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dc.contributor.authorGrant, Gaia
dc.contributor.authorCuganesan, Suresh
dc.contributor.authorKnight, Eric
dc.date.accessioned2019-12-19T02:56:03Z
dc.date.available2019-12-19T02:56:03Z
dc.date.issued2019
dc.identifier.citationGrant, G., Cuganesan, S., Knight, E., 2019. Creating agile leadership team: How shared leadership models can better manage the ambiguities of sustainable innovation and growth. University of Sydney.en_AU
dc.identifier.urihttps://hdl.handle.net/2123/21584
dc.descriptionInnovation Leadership Studyen_AU
dc.description.abstractThis research aimed to identify how leadership teams can effectively manage the competing demands of innovation as an organisation innovates and grows. The focus was on studying a senior leadership team in detail over an 18-month period through a longitudinal ethnographic case study, and the organisation studied was a medium sized organisation that had been rapidly innovating and expanding over a fifteen-year period. The intensive immersion approach provided the opportunity to observe how individual leaders negotiate differences to reach consensus in these contexts. After observing the leadership team in the case organisation for a short period of time, it soon became apparent that the full team also comprised a highly significant and powerful sub-team – a senior leadership duo. The dynamics of this subunit and the impact on the whole senior leadership team then became an additional area of focus for the research program. The study identified that shared leadership models can help navigate the paradoxical tensions that emerge in innovation and growth contexts where there is a process of Dynamic Polar Positioning (PoP). This process involves a pattern of reflexive and responsive equal and opposite actions and re-actions to hold the competing demands in tension. This process was found to initially require paradoxical cognition by at least one team member, or an awareness of how although the competing demands are contradictory they are also complementary, which involved an ability to hold both polar positions in tension simultaneously. When these conditions are in place team decisions and actions can then be navigated through a combination of: 1. Parallel posturing, which involves team members representing polar positions through deciding on a particular stance on an issue in response to team members’ positions; 2. Functional riffing, which enables individuals to seek equilibrium through continually finding opportunities for making partial connections, and; 3. Bridging the gaps, through reaching out and empathetically relating to build a platform for ongoing connection and growth. It was found that when the leadership teams work together so that any divergent paradoxical elements are effectively temporally bridged in this way, the tension between the positions can be held in equilibrium long enough to provide a platform for productive ongoing action.en_AU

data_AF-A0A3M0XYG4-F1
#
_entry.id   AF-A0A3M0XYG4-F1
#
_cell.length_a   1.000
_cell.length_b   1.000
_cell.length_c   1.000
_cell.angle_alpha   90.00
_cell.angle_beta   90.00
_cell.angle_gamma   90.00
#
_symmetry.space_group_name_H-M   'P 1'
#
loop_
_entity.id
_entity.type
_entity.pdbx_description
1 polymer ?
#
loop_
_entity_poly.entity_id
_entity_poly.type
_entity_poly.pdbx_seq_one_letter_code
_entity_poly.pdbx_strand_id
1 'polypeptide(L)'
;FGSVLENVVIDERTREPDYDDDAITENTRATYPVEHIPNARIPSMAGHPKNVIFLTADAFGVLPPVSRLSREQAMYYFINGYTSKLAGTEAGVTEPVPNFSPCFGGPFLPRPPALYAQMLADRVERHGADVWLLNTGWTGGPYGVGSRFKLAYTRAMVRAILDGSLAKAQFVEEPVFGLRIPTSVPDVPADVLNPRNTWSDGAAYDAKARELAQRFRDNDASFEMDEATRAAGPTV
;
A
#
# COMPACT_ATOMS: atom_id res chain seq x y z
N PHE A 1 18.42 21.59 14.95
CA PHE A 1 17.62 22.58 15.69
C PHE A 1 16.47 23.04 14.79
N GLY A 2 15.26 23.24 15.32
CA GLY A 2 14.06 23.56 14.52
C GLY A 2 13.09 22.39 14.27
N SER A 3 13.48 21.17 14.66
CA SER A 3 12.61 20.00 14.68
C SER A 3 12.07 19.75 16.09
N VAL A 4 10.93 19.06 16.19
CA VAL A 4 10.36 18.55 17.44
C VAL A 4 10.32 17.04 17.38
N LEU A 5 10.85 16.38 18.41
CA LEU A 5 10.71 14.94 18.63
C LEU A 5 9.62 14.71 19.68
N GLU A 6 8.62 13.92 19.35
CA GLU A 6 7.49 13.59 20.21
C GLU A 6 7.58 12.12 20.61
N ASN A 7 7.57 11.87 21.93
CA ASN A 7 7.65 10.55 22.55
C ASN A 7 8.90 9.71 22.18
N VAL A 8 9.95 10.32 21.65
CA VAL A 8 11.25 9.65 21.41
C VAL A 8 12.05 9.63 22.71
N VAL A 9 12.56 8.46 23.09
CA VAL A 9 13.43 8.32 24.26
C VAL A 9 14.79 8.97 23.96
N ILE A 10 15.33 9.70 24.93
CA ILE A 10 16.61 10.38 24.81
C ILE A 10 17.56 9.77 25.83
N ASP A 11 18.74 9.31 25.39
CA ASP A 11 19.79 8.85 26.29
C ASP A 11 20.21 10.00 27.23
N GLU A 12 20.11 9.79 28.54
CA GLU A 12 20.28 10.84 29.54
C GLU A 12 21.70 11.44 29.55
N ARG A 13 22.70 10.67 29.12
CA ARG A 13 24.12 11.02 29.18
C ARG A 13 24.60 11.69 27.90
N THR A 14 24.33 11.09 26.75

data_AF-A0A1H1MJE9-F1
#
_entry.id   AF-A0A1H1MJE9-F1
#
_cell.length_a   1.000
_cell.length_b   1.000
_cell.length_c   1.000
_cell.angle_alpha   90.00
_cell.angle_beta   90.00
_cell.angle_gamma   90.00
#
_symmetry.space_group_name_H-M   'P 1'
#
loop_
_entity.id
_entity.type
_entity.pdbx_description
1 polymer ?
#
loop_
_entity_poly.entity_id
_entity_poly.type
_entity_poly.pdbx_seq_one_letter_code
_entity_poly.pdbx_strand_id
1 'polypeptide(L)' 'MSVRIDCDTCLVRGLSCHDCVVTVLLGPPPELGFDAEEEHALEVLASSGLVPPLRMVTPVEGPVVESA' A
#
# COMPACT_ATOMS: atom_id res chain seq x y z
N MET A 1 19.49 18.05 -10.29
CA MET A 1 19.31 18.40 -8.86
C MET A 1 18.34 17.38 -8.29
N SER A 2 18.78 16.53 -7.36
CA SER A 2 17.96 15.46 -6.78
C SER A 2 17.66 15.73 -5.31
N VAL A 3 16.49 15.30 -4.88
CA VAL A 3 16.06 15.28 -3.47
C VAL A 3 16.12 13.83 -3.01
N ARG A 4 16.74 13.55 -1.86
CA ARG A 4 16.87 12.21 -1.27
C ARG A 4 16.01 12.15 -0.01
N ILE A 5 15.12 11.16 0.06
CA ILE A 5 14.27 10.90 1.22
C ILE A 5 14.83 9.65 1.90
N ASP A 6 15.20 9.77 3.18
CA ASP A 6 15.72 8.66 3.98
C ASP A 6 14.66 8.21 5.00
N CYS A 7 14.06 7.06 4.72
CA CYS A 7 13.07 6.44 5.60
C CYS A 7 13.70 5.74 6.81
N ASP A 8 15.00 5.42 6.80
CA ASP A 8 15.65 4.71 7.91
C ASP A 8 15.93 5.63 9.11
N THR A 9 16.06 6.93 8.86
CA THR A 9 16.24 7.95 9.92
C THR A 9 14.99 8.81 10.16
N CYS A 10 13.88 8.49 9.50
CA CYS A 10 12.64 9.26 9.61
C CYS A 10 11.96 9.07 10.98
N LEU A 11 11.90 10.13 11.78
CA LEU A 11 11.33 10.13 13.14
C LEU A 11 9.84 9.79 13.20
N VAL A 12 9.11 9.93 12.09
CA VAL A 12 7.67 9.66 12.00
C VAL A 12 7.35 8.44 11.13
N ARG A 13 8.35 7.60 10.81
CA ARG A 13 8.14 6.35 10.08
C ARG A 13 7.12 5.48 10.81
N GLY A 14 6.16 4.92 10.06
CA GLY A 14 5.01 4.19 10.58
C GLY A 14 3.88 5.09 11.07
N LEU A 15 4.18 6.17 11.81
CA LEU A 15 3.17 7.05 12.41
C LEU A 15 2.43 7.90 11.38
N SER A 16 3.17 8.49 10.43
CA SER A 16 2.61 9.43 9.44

dc.description.sponsorshipTiran Innovation Consultancyen_AU
dc.language.isoen_AUen_AU
dc.publisherTirian Innovation Consultancyen_AU
dc.subjectagileen_AU
dc.subjectleadershipen_AU
dc.subjectteamsen_AU
dc.subjectleadership modelsen_AU
dc.subjectsustainableen_AU
dc.subjectinnovationen_AU
dc.subjectgrowthen_AU
dc.titleCreating Agile Leadership Teams: How shared leadership models can better manage the ambiguities of sustainable innovation and growthen_AU
dc.typeArticleen_AU
dc.subject.asrcInnovationen_AU
dc.subject.asrcLeadershipen_AU
dc.type.pubtypePublisher versionen_AU


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